Child welfare services – the global view
Tue, 15 May 2012 12:31:00 BST
Huddersfield researchers join £1 million child protection project
Huddersfield researchers Dr Sue Peckover and Professor Nigel Parton
TWO University of Huddersfield experts have joined a £1 million, multi-national research project which will compare and contrast child welfare services in four countries.
Beginning in September, the four-year programme aims to gain a better understanding of how different countries understand and interpret the best interests of the child and what lessons can be learned from each others’ systems.
Academic researchers from Norway, Finland, the USA and the UK are to collaborate on the project, which is funded by the Research Council of Norway. The projects principal investigator is the University of Huddersfield’s Dr Sue Peckover and she will be working with colleague Professor Nigel Parton.
In addition to contributing research on UK child welfare, they will also hold meetings with their overseas colleagues. One is likely to be held in Huddersfield.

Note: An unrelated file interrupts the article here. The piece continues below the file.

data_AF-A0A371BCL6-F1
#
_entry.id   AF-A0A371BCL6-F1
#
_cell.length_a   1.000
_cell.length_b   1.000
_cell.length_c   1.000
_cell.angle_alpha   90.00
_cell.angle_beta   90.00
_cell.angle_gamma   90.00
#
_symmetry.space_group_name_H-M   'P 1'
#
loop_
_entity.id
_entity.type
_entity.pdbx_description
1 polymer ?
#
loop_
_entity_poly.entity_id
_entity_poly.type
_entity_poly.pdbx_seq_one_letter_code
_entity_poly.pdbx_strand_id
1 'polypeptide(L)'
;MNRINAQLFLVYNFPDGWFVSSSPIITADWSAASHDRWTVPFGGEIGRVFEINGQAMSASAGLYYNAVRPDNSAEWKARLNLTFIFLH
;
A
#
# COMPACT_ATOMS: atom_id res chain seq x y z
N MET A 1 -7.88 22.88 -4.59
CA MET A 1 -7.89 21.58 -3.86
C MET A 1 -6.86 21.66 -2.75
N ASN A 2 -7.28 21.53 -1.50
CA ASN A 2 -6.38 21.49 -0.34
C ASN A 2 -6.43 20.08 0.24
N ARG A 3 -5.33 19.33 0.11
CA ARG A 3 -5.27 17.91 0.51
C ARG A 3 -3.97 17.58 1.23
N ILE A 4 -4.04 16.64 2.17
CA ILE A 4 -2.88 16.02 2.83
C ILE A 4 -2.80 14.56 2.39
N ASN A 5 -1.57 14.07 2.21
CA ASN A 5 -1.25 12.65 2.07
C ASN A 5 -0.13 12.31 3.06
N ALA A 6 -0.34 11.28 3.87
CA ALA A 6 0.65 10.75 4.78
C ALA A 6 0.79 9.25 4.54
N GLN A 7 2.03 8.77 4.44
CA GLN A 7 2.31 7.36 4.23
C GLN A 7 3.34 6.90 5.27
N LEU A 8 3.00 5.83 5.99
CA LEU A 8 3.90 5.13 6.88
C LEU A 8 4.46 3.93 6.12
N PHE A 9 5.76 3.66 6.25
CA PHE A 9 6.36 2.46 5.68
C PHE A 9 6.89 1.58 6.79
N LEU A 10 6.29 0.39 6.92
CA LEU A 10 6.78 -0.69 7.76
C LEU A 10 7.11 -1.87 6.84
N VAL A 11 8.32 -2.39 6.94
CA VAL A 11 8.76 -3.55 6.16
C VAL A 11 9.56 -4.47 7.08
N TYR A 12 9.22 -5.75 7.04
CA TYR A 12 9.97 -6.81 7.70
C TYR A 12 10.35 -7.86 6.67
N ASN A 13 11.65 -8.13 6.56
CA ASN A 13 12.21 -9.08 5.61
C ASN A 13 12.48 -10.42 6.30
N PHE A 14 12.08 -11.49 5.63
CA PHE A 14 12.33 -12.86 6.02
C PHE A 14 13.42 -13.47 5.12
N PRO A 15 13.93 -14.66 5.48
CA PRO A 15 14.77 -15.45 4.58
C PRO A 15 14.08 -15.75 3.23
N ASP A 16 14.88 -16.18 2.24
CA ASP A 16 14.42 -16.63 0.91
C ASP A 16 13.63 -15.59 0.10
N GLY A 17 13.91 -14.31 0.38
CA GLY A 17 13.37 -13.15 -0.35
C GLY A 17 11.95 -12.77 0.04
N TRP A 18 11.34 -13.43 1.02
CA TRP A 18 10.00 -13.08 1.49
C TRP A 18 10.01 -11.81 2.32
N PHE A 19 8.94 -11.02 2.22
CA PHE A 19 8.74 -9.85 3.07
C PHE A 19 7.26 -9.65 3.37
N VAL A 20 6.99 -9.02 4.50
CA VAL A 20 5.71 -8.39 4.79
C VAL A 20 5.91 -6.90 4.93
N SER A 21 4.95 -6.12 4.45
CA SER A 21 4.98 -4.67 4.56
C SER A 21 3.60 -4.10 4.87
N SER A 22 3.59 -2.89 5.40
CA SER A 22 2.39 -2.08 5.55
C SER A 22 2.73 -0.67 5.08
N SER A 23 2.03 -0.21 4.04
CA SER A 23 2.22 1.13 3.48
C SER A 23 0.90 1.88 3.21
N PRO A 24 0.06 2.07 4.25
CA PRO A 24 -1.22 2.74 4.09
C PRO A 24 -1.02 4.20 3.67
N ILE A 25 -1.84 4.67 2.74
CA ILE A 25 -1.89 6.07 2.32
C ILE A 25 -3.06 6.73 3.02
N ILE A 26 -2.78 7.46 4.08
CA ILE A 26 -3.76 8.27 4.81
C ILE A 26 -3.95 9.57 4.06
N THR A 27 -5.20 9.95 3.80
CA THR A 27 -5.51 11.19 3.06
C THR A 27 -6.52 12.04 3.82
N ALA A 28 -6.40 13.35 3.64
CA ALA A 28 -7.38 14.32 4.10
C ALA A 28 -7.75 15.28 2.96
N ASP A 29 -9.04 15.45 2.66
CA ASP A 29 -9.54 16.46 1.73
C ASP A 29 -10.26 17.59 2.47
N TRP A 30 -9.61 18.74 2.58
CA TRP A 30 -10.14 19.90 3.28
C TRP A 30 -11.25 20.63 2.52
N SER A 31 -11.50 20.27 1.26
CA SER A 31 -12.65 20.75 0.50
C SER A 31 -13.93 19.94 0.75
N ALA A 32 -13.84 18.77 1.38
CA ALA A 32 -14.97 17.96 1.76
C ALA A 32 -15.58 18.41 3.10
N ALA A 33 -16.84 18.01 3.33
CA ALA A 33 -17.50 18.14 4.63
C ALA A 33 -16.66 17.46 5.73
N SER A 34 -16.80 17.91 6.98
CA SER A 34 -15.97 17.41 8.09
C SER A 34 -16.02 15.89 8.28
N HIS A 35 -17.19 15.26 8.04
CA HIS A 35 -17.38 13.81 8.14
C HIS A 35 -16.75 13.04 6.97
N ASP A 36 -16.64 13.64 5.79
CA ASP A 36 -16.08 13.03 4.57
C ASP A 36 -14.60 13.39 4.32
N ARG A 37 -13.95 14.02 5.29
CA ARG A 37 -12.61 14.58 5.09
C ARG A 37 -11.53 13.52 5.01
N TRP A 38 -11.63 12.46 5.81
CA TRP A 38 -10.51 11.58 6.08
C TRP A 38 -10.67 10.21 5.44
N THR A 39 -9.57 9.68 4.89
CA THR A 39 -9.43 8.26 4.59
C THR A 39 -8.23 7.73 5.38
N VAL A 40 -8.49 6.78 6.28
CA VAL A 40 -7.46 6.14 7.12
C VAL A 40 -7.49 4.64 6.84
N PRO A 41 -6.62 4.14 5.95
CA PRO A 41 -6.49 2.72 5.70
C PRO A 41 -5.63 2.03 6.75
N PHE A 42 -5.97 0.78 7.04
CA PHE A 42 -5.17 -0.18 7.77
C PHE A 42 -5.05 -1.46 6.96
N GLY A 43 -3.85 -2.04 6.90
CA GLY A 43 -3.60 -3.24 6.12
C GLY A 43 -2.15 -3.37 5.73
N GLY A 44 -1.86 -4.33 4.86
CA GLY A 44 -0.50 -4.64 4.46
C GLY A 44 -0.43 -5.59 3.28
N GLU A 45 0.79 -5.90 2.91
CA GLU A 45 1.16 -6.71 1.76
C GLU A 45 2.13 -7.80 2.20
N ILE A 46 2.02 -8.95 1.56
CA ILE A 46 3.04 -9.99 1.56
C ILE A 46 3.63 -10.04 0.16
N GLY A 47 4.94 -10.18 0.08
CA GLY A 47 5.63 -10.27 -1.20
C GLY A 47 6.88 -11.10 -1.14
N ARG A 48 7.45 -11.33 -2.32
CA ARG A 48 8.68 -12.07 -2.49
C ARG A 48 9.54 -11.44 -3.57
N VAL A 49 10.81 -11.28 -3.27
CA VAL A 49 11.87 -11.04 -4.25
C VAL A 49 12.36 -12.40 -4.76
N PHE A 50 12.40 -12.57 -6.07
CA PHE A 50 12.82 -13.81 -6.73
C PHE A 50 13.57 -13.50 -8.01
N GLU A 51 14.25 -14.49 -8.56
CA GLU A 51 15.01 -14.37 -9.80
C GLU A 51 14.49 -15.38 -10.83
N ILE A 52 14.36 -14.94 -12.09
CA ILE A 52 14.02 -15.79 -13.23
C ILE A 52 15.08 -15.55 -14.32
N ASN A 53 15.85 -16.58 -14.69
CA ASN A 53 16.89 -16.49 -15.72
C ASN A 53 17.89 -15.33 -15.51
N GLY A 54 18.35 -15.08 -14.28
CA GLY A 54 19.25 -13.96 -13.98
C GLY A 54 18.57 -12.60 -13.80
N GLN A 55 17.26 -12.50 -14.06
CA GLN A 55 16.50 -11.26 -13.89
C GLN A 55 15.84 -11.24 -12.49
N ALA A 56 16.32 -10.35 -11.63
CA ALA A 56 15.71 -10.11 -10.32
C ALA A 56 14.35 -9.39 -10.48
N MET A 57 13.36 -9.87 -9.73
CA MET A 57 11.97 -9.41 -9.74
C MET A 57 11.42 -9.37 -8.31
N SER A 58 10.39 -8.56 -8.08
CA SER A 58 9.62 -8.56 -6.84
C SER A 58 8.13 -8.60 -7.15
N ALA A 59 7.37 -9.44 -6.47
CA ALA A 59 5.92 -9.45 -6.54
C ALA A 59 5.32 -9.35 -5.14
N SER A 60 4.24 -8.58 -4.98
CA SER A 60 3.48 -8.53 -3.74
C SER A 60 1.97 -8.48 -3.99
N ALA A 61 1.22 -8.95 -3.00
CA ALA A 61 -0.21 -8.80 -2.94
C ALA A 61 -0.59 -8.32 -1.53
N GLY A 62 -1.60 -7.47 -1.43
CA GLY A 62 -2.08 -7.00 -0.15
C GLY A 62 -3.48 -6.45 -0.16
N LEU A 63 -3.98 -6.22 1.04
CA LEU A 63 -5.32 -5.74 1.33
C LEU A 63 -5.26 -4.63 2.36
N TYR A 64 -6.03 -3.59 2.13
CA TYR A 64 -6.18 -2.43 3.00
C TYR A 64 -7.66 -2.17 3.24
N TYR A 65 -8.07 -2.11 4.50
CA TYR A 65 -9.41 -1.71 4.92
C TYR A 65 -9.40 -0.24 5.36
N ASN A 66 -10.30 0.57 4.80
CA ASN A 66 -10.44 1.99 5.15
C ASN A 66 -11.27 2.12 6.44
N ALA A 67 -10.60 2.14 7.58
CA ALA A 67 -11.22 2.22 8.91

One goal of the project is to compare the differing child protection philosophies and policies of Nordic countries and of the UK and USA. Levels of welfare provision differ and there are other contrasts.
“For example Nordic countries are probably less likely to take children into care and remove them from parental responsibility,” said Dr Peckover.
“In this country and in California there is a much greater tendency for children to be taken into care against the interests of the parent and to go for adoption at an increasingly earlier age.
“However there have been criticisms that Finland and to a lesser extent Norway did not have a good record at protecting children, particularly from sexual abuse, within the family. It has been argued that the UK performs better in this respect.”
The involvement of the Huddersfield duo has its origins in an earlier research project which compared child protection systems in ten countries. Professor Parton participated and was co-editor of the 2011 book that resulted. When his Norwegian colleague Dr Marit Skivenes, of Bergen University, decided to embark on a new phase of research, Professor Parton and Dr Peckover – who came to Huddersfield as a Senior Research Fellow in 2005 – were invited to take part, along with colleagues from the universities of Tampere in Finland and California, Berkeley, USA.
“The value of this sort of comparative work is that you can learn a lot about you home country,” said Professor Parton of the Centre for Applied Childhood Studies at the University of Huddersfield.
“The simple process of making comparisons shows up your own situation in much greater relief than if you are just embedded in it.”